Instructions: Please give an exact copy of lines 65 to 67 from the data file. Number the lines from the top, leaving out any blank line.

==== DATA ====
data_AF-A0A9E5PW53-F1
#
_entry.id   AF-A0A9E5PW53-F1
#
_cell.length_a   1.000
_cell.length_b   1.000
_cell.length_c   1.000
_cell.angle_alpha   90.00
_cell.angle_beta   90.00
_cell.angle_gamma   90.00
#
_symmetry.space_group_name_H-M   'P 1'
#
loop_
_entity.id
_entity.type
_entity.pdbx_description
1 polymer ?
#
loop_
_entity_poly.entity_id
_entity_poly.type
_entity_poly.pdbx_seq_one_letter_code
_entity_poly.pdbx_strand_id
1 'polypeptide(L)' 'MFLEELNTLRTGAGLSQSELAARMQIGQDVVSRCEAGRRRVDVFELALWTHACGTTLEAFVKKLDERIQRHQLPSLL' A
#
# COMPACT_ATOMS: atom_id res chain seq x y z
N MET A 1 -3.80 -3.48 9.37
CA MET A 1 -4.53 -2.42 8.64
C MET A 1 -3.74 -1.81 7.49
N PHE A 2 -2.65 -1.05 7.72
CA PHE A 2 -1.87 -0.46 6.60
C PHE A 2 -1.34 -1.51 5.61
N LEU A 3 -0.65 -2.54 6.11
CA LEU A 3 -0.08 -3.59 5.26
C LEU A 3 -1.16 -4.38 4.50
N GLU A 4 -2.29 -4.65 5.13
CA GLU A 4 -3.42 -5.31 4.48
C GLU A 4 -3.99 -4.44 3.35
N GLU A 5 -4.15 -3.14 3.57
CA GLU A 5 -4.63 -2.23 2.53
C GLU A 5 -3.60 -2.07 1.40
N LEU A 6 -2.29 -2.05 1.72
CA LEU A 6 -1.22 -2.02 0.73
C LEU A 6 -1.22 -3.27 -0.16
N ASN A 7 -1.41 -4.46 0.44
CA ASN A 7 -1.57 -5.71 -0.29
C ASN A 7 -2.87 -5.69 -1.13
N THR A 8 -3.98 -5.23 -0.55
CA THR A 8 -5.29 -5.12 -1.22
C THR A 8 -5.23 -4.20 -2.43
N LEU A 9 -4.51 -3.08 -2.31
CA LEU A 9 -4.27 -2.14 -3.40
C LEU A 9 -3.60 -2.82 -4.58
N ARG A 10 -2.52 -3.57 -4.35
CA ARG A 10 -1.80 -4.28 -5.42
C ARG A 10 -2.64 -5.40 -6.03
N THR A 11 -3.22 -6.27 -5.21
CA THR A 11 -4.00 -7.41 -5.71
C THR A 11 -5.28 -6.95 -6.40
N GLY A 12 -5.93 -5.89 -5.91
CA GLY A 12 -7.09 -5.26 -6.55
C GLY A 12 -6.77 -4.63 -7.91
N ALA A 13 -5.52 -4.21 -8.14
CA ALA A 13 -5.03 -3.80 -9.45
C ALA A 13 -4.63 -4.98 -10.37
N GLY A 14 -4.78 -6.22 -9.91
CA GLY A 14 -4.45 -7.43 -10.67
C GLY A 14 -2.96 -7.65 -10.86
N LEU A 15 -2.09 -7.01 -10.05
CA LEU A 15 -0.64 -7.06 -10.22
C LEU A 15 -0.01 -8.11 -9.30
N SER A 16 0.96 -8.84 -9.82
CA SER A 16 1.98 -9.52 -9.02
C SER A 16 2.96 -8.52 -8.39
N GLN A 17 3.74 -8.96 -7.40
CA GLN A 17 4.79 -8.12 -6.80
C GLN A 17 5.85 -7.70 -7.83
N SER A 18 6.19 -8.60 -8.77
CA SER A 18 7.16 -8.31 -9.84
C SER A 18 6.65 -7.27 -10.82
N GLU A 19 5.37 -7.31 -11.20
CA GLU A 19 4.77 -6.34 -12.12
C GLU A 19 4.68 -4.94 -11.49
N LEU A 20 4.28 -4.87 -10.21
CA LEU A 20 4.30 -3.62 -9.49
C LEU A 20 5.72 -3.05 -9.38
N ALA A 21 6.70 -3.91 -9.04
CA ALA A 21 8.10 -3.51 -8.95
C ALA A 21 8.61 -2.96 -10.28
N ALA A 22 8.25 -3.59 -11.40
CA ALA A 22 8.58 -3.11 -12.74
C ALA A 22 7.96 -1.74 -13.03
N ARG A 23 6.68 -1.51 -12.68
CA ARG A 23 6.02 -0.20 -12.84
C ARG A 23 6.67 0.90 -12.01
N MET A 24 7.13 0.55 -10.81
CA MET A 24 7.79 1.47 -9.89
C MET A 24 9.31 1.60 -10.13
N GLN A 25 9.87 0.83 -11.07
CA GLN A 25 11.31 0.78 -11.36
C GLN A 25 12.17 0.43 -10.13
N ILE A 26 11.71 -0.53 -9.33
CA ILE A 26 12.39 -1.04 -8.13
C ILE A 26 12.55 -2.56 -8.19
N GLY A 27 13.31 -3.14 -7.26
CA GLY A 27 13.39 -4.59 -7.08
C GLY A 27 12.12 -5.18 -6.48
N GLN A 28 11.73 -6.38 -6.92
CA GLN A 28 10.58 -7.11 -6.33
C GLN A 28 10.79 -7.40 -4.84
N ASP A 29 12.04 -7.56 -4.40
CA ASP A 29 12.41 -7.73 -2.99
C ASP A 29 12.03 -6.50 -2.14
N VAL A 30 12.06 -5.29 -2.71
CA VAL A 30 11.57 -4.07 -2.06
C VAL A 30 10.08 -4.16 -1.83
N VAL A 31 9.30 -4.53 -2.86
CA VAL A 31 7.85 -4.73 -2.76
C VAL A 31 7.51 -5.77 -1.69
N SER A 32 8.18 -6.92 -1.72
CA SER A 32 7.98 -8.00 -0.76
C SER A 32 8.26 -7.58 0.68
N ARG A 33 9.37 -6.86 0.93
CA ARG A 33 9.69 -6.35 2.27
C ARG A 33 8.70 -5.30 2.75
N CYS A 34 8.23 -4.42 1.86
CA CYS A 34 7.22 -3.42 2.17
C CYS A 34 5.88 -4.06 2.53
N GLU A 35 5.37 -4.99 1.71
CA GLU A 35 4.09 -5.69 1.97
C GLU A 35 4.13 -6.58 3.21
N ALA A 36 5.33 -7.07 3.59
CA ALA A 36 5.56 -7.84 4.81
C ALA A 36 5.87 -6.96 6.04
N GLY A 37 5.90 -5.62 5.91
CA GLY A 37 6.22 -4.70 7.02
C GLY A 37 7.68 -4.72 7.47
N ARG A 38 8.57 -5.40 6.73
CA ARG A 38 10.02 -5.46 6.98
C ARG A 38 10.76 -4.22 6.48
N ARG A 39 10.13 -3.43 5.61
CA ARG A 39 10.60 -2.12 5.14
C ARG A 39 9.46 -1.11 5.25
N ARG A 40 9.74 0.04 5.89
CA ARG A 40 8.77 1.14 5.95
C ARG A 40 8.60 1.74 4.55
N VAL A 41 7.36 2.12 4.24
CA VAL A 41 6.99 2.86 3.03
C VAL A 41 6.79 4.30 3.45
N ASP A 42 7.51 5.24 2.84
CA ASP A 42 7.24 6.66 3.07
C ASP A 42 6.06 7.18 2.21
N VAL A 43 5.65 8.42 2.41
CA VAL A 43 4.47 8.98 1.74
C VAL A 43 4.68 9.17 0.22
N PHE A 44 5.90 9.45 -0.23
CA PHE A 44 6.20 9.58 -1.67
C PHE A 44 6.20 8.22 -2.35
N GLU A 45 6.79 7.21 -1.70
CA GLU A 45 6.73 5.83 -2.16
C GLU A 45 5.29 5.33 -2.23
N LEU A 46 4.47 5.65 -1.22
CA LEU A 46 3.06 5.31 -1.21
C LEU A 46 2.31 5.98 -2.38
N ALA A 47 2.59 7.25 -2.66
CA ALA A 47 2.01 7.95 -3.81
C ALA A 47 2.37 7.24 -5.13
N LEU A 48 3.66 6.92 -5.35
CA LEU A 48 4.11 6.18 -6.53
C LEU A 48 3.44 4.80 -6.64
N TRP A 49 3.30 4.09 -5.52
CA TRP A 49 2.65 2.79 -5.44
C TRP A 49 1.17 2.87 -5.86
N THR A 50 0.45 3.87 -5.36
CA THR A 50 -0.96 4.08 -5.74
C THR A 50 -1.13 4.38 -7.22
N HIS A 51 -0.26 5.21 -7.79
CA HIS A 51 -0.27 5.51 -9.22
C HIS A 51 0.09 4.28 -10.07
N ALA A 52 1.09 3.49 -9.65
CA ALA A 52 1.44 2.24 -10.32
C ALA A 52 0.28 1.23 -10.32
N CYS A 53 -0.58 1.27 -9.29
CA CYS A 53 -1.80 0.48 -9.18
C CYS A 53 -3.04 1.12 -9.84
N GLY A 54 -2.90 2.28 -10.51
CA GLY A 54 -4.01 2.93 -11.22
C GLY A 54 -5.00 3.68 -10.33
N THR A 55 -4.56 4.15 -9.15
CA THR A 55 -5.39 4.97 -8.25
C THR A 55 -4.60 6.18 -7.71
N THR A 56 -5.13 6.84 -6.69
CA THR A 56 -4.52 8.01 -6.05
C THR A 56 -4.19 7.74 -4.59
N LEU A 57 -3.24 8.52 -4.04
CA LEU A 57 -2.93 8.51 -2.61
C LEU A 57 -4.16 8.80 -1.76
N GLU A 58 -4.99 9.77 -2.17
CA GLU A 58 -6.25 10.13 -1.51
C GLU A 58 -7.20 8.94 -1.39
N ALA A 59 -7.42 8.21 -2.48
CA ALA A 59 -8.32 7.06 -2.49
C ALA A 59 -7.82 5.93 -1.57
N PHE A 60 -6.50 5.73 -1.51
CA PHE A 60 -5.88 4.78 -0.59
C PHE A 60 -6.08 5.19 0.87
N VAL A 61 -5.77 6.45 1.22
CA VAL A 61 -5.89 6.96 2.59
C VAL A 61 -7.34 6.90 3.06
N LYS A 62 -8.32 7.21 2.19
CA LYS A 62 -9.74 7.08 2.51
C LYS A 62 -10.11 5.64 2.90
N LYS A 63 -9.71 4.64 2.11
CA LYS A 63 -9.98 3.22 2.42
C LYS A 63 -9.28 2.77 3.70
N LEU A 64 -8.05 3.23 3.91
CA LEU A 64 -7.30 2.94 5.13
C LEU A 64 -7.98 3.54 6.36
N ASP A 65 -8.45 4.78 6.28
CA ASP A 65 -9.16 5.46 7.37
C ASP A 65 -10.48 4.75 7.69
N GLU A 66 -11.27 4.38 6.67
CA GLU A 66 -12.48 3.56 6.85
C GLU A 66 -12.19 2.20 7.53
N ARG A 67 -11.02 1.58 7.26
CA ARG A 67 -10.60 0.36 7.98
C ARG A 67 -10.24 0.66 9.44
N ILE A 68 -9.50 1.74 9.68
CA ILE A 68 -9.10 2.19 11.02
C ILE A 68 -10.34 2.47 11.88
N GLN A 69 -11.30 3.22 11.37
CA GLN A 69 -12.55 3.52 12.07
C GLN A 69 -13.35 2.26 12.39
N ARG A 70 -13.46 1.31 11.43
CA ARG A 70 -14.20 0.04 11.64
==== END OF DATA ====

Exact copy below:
CA ALA A 13 -5.03 -3.80 -9.45
C ALA A 13 -4.63 -4.98 -10.37
N GLY A 14 -4.78 -6.22 -9.91